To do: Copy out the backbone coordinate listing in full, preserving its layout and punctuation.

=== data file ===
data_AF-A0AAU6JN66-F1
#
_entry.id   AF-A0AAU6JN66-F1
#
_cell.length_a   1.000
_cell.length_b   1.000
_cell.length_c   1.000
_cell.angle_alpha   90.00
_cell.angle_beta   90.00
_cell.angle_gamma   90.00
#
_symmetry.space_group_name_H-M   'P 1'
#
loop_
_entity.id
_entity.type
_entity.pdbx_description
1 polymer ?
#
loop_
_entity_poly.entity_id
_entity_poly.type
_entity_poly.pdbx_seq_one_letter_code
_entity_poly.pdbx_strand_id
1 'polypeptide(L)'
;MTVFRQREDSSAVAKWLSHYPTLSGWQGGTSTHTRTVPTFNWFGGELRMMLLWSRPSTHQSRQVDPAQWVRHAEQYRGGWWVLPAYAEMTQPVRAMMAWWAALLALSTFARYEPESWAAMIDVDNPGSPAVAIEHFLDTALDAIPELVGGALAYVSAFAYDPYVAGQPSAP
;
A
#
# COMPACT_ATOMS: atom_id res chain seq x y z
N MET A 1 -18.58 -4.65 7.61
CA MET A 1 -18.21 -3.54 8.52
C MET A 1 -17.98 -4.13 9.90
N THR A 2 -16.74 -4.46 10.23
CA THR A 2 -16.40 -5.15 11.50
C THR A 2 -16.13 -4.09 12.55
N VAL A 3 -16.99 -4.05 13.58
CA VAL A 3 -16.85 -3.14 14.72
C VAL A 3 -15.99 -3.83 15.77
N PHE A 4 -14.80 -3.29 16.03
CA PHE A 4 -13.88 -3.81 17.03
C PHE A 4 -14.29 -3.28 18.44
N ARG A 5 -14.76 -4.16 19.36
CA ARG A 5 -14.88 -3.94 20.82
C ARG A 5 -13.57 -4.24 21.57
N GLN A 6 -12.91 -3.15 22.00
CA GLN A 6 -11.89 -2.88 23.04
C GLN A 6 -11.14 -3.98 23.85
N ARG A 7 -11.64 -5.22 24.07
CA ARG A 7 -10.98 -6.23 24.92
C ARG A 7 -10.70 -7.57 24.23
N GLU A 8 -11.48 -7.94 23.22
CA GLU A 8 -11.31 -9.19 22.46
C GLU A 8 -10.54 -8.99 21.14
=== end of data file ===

data_AF-A0AAU6JN66-F1
#
_entry.id   AF-A0AAU6JN66-F1
#
_cell.length_a   1.000
_cell.length_b   1.000
_cell.length_c   1.000
_cell.angle_alpha   90.00
_cell.angle_beta   90.00
_cell.angle_gamma   90.00
#
_symmetry.space_group_name_H-M   'P 1'
#
loop_
_entity.id
_entity.type
_entity.pdbx_description
1 polymer ?
#
loop_
_entity_poly.entity_id
_entity_poly.type
_entity_poly.pdbx_seq_one_letter_code
_entity_poly.pdbx_strand_id
1 'polypeptide(L)'
;MTVFRQREDSSAVAKWLSHYPTLSGWQGGTSTHTRTVPTFNWFGGELRMMLLWSRPSTHQSRQVDPAQWVRHAEQYRGGWWVLPAYAEMTQPVRAMMAWWAALLALSTFARYEPESWAAMIDVDNPGSPAVAIEHFLDTALDAIPELVGGALAYVSAFAYDPYVAGQPSAP
;
A
#
# COMPACT_ATOMS: atom_id res chain seq x y z
N MET A 1 -18.58 -4.65 7.61
CA MET A 1 -18.21 -3.54 8.52
C MET A 1 -17.98 -4.13 9.90
N THR A 2 -16.74 -4.46 10.23
CA THR A 2 -16.40 -5.15 11.50
C THR A 2 -16.13 -4.09 12.55
N VAL A 3 -16.99 -4.05 13.58
CA VAL A 3 -16.85 -3.14 14.72
C VAL A 3 -15.99 -3.83 15.77
N PHE A 4 -14.80 -3.29 16.03
CA PHE A 4 -13.88 -3.81 17.03
C PHE A 4 -14.29 -3.28 18.44
N ARG A 5 -14.76 -4.16 19.36
CA ARG A 5 -14.88 -3.94 20.82
C ARG A 5 -13.57 -4.24 21.57
N GLN A 6 -12.91 -3.15 22.00
CA GLN A 6 -11.89 -2.88 23.04
C GLN A 6 -11.14 -3.98 23.85
N ARG A 7 -11.64 -5.22 24.07
CA ARG A 7 -10.98 -6.23 24.92
C ARG A 7 -10.70 -7.57 24.23
N GLU A 8 -11.48 -7.94 23.22
CA GLU A 8 -11.31 -9.19 22.46
C GLU A 8 -10.54 -8.99 21.14